I’m tiredof making sense, of having to listen, of taking the ocean in day after day, of holding on to its labor; you have to let go—and it blanks out lost to the magnification of mind; when I fall asleep the muscle won’t let loose, my back slides, my hip hurries for doorways, my fingers talk as though they were held by a talking hand for an instant that turns off night, and it’s still noon, and the talking ocean just said it, just spoke the words that mean this loss is really here and you can’t turn it away and the doorways are slamming shut, the breakers are slamming down, the magnification of mind slamming down. I’m listening for doorways. —from Shorewards Tidewards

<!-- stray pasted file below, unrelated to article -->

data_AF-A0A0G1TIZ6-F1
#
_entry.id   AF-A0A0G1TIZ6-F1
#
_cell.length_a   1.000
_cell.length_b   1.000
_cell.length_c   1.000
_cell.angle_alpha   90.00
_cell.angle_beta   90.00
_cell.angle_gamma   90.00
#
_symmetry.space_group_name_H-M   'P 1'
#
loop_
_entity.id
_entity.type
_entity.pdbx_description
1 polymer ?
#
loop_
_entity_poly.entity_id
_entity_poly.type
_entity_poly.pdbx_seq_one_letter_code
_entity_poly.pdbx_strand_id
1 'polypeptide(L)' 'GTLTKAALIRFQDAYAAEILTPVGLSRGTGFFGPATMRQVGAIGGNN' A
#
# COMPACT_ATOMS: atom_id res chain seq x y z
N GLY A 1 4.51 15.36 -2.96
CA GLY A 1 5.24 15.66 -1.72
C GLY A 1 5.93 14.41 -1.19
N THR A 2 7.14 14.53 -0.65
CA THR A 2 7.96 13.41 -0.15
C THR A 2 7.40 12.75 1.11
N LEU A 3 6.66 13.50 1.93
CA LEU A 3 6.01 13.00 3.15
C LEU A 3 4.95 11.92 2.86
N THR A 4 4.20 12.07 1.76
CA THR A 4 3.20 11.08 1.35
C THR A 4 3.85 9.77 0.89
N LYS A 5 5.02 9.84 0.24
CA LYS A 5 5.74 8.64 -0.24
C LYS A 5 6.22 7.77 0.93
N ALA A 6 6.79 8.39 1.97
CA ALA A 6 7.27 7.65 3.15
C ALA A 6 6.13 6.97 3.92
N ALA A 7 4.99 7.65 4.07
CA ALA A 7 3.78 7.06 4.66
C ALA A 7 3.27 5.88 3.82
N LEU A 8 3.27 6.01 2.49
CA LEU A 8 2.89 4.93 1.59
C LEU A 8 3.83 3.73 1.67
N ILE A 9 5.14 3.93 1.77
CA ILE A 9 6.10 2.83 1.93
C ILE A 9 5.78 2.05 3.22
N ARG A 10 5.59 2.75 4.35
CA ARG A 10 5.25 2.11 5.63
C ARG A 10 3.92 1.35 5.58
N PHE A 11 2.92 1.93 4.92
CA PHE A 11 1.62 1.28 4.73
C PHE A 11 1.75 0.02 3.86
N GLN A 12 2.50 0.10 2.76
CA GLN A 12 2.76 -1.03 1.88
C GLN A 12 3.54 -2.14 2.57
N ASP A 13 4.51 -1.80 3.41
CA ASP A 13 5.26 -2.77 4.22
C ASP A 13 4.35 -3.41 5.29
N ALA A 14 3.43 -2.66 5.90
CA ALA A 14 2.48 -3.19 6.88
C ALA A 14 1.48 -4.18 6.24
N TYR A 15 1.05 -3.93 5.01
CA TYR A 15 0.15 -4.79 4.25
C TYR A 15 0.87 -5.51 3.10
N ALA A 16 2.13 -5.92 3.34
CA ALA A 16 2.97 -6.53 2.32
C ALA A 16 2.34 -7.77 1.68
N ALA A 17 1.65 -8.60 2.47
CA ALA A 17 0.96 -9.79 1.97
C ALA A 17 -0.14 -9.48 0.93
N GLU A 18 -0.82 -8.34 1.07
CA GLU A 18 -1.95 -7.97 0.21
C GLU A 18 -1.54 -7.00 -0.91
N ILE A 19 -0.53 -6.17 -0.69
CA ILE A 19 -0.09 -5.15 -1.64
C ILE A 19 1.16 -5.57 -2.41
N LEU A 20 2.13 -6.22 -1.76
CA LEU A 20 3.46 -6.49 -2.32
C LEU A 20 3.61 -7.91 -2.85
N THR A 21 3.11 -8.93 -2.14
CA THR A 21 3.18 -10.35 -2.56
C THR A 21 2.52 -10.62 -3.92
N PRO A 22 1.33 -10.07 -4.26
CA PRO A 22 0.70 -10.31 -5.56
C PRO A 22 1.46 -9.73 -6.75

I pick up thumb-tacks in the street and put them in my pocket. Some I use to stick up times on the corkboard, some I put back in the desk. Once a tack stuck straight through the ball of my foot as I ran straight on it, the ball of the foot came down, the heel lifted off pushing the ball of the foot down full on the tack. Running off I stepped off pulling off blind—leg, hip, spine, neck and tongue like a crack of lightning. If you want to keep time straight, you pick up tacks and put them in your pocket. —from "Thumbtacks, Glass, Pennies"
2009 | 64 pages